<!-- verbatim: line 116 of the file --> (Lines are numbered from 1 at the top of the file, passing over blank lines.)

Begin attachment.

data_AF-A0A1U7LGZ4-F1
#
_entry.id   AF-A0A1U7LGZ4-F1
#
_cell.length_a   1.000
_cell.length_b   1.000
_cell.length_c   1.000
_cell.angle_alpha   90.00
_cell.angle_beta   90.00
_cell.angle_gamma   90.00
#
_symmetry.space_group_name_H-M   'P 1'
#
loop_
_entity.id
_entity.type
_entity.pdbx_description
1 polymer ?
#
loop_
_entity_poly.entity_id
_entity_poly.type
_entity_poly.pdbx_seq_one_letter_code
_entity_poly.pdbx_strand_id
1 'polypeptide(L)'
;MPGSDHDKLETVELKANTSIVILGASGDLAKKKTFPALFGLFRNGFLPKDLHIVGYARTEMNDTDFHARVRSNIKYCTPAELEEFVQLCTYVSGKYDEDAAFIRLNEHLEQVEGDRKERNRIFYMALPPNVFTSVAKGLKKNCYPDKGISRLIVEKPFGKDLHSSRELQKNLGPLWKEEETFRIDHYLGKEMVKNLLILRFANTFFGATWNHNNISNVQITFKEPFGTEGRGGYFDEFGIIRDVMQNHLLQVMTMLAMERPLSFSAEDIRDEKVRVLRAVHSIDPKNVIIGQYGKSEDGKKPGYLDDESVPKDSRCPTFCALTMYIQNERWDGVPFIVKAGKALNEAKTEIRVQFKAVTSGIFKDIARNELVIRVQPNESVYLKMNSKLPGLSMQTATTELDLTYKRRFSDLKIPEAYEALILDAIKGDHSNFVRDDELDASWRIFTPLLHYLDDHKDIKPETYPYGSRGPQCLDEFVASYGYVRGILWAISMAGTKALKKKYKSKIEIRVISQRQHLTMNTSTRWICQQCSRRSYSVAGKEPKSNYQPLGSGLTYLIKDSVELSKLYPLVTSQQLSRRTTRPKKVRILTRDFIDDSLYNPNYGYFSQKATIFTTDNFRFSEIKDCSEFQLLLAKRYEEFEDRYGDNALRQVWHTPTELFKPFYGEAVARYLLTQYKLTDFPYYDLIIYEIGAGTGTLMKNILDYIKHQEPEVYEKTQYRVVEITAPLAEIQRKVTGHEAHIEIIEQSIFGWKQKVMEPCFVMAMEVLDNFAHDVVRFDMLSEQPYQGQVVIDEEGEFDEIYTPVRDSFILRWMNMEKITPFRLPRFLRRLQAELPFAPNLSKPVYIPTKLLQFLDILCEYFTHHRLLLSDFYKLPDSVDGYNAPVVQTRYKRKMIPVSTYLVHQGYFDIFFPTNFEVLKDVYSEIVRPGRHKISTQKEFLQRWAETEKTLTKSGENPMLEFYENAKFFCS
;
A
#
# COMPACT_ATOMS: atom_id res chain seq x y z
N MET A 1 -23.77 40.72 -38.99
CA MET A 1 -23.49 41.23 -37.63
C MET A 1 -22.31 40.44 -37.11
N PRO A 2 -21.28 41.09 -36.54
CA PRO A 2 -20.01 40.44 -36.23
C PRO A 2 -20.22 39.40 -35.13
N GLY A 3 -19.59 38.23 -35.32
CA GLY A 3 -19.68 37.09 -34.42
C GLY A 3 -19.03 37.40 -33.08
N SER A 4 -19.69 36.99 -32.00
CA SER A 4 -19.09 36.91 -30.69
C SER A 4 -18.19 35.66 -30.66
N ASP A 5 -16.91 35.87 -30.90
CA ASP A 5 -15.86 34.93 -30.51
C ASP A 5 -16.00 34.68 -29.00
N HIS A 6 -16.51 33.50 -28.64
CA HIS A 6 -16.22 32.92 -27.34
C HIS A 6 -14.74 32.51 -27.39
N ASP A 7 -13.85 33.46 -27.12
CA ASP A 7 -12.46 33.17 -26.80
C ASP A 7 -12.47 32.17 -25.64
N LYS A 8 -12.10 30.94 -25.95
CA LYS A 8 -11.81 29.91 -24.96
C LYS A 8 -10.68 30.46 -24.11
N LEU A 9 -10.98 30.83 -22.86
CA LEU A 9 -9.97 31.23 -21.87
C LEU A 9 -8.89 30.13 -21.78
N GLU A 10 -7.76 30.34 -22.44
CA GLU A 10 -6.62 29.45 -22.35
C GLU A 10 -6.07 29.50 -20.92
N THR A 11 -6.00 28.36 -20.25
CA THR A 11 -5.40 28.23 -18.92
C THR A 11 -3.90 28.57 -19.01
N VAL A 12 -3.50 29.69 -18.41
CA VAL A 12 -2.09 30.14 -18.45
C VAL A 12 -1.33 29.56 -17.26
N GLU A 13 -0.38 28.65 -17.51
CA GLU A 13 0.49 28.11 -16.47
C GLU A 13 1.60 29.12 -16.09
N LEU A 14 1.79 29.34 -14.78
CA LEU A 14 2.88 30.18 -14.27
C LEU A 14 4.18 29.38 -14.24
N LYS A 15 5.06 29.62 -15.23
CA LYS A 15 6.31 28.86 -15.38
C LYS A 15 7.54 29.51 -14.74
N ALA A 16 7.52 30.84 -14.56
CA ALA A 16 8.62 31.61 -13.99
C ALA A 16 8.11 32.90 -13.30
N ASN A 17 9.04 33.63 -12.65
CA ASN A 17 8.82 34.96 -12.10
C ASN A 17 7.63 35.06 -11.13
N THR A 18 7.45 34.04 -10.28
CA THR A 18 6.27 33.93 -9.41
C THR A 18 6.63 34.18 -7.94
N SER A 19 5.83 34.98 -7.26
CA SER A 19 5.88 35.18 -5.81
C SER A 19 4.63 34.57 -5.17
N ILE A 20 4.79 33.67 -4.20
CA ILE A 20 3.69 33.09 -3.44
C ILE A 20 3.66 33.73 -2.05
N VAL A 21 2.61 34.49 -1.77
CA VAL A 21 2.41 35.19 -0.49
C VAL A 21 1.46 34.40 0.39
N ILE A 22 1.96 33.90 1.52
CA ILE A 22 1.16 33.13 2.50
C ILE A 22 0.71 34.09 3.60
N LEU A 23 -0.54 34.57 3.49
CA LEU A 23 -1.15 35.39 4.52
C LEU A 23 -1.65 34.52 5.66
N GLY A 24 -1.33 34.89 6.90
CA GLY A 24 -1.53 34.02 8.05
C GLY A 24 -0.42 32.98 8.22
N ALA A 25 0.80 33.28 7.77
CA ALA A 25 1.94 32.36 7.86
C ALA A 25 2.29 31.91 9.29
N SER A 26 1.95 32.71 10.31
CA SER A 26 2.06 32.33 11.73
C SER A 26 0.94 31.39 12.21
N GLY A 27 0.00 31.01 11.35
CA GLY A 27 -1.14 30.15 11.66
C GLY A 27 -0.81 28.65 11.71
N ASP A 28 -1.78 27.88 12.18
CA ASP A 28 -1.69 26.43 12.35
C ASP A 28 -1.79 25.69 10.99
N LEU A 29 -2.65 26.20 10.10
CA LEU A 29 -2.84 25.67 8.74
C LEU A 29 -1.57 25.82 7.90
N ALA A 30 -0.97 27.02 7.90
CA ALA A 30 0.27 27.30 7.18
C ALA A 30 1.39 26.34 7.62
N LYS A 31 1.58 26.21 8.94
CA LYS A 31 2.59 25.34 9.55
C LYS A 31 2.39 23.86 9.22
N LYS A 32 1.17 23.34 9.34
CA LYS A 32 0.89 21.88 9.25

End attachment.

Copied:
CA LEU A 29 -2.84 25.67 8.74